When your total cholesterol levels exceed 200 mg/dL, your risk of cardiovascular disease increases. According to the Centers for Disease Control and Prevention, about 95 million Americans have total cholesterol levels higher than 200 mg/dL.
At Heart & Vascular Institute, our experts work hard to prevent cardiovascular disease, so we’d like to offer you these five tips on keeping your cholesterol levels in check.
When you’re working to control your cholesterol levels, there are three kinds of fats you need to understand: saturated fats, trans fats, and omega-3 fats, sometimes called omega-3 fatty acids.
Saturated fats are those in red meat and full-fat dairy products. When you eat less of these foods, you lower your low-density lipoprotein (LDL) cholesterol, which is sometimes called “bad cholesterol.”
Trans fats are in junk food — cookies, cakes, crackers, and other sweets and prepared foods. They’re sometimes listed as “partially hydrogenated vegetable oil” on ingredients labels.
Now that we’ve told you what to avoid, here’s what you should eat more of: omega-3 fats. Avocados, fish, and olive oil are good sources of omega-3 fats, which don’t increase LDL, and have heart health benefits.
Aim for 30 minutes of moderate activity five times a week, or if you prefer more vigorous exercise, you may choose 20 minutes of aerobic activity three times per week.
If you don’t like exercise, or it’s simply not a habit for you, build up to the recommended amounts. You might start with 10 minutes a day of brisk walking.
One of the most important factors in sticking to an exercise habit is finding something you enjoy doing. If you dread it, you’re far more likely to give up on it. Whether you prefer a team sport, group fitness classes, or just walking, make sure it gets your blood pumping and you look forward to it.
Most people don’t eat enough soluble fiber, and increasing the amount of fiber you eat can help lower your cholesterol. Foods like oatmeal, beans, prunes, and other fruits and vegetables can help you feel fuller, so you don’t crave snacks.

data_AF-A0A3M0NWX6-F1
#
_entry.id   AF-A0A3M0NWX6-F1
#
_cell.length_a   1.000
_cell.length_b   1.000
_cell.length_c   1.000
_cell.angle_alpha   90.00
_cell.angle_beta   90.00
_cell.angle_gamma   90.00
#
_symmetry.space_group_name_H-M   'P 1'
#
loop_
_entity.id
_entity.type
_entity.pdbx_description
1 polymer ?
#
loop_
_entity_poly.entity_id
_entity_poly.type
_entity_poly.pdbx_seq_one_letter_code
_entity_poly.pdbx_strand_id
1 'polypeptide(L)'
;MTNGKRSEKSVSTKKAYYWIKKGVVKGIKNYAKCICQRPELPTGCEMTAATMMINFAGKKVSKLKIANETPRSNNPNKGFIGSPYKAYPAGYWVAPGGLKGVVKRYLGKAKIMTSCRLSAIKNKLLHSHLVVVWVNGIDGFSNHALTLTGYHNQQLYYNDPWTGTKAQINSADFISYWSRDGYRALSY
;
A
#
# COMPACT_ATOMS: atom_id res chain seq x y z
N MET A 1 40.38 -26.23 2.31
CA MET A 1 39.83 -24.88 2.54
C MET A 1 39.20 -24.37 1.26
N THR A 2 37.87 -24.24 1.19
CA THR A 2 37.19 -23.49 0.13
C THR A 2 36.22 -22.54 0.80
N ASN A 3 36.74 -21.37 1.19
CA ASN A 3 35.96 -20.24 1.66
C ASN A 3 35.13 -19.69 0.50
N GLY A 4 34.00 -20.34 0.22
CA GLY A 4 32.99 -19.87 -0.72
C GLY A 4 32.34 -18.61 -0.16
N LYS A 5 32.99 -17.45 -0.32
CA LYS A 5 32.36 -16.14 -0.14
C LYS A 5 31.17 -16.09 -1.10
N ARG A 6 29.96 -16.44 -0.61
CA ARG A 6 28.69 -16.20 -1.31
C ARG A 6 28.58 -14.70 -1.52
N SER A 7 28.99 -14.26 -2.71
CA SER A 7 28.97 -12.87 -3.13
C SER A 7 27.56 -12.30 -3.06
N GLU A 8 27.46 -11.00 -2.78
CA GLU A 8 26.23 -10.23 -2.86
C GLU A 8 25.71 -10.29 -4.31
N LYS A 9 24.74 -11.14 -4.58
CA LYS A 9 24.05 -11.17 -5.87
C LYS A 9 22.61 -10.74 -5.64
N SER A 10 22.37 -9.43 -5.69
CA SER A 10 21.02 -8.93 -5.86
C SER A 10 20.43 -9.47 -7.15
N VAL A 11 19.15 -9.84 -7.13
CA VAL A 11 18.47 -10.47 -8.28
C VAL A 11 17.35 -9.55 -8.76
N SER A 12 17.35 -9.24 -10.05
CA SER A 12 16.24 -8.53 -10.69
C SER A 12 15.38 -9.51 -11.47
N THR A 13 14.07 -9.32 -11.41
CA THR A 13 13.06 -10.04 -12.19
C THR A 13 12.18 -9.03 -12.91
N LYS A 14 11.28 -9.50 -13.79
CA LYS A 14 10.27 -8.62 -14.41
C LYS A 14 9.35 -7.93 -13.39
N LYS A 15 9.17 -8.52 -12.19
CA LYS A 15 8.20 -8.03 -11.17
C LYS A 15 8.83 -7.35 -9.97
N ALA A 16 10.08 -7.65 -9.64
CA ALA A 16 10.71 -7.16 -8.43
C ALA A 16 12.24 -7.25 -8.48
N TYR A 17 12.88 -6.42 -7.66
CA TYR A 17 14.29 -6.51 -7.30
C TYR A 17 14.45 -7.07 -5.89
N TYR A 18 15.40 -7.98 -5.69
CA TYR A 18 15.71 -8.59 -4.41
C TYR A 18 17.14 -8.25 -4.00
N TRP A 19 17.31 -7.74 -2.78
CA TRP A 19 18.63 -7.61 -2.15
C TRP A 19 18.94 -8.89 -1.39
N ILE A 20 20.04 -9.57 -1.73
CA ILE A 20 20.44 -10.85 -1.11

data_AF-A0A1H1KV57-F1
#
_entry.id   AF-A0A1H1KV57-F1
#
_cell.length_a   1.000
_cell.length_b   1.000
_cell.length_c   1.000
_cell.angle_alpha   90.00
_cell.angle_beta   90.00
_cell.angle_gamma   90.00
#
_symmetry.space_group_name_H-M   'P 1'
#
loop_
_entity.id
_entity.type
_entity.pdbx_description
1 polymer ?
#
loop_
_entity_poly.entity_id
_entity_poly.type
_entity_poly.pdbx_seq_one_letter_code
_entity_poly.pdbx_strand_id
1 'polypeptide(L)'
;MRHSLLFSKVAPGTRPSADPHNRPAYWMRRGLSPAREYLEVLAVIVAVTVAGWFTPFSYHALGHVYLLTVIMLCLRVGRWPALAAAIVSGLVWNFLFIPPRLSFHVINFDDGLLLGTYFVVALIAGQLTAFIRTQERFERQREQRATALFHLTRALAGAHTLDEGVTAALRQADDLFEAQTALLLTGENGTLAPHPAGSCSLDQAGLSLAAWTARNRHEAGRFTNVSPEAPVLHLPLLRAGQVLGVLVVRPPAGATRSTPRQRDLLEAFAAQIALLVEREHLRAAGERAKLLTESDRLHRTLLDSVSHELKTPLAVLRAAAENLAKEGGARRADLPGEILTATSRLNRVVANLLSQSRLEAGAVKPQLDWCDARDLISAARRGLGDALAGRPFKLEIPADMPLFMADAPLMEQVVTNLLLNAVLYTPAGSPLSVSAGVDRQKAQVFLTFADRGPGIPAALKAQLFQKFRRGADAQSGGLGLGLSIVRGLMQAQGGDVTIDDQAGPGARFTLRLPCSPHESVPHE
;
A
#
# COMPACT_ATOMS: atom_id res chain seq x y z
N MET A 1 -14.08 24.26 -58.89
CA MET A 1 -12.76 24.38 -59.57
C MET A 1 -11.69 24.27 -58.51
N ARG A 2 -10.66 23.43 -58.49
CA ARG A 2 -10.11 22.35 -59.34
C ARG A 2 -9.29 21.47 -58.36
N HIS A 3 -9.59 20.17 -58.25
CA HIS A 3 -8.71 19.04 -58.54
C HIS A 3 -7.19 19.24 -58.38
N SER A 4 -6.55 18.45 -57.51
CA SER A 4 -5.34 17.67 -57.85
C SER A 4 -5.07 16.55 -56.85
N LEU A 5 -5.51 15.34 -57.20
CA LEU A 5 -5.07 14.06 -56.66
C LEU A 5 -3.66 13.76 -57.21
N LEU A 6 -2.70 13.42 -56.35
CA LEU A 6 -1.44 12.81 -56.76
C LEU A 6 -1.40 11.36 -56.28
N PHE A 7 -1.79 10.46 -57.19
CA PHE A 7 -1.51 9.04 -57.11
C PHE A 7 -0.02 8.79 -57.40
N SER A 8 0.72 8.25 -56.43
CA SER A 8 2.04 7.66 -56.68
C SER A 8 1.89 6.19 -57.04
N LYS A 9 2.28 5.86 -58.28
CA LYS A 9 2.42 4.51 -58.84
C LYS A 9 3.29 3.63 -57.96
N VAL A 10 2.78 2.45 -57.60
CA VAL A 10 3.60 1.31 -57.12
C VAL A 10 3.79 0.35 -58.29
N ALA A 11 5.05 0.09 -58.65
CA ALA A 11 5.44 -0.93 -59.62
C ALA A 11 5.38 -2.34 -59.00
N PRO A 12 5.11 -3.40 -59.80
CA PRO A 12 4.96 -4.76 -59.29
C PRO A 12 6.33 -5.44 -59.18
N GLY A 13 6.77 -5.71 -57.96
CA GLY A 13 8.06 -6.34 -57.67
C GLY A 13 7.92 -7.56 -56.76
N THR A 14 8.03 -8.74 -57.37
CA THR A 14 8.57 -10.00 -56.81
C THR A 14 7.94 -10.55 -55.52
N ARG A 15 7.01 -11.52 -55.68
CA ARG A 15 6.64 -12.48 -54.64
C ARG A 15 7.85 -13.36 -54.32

Some studies have shown that increasing the amount of fiber you eat by 5-10 grams per day leads to a measurable drop in LDL. Raise the amount slowly, though, because you can experience cramps and bloating if you increase it suddenly.
If you increase the amount of exercise you do, cut out saturated and trans fats, and eat more fiber, chances are good that you’ll begin to lose weight “without trying.” Extra weight can contribute to high cholesterol, so you may want to try a few other things that can help you shed pounds.
If you drink soda, cut back or stop. Consider your snacks and opt for those that are low in calories, like chopped veggies or air-popped popcorn.
Try tracking your calories for a few days so you know what you’re eating. Have a piece of fruit or low-calorie candy when you crave something sweet.
Losing weight can be a struggle, but making small, incremental changes is one of the ways you can be successful.
If you’re a smoker, you’re at a higher risk for numerous health conditions, including high cholesterol. If you’ve struggled and failed to quit, talk to your doctor. We may be able to help you find an approach that works.
Moderation is a good idea in most areas of life, and alcohol consumption isn’t an exception. For women and men older than 65, “moderate” is considered no more than one drink per day; for men, no more than two.
In some cases, even doing all of these things consistently isn’t enough to adequately control your cholesterol. We can help by prescribing effective medications.
If you have questions about controlling your cholesterol or the risks of high cholesterol, schedule an appointment at Heart & Vascular Institute in Dearborn, Detroit, and Southfield, Michigan. You can easily book online, or you can call any of our three locations to schedule your appointment.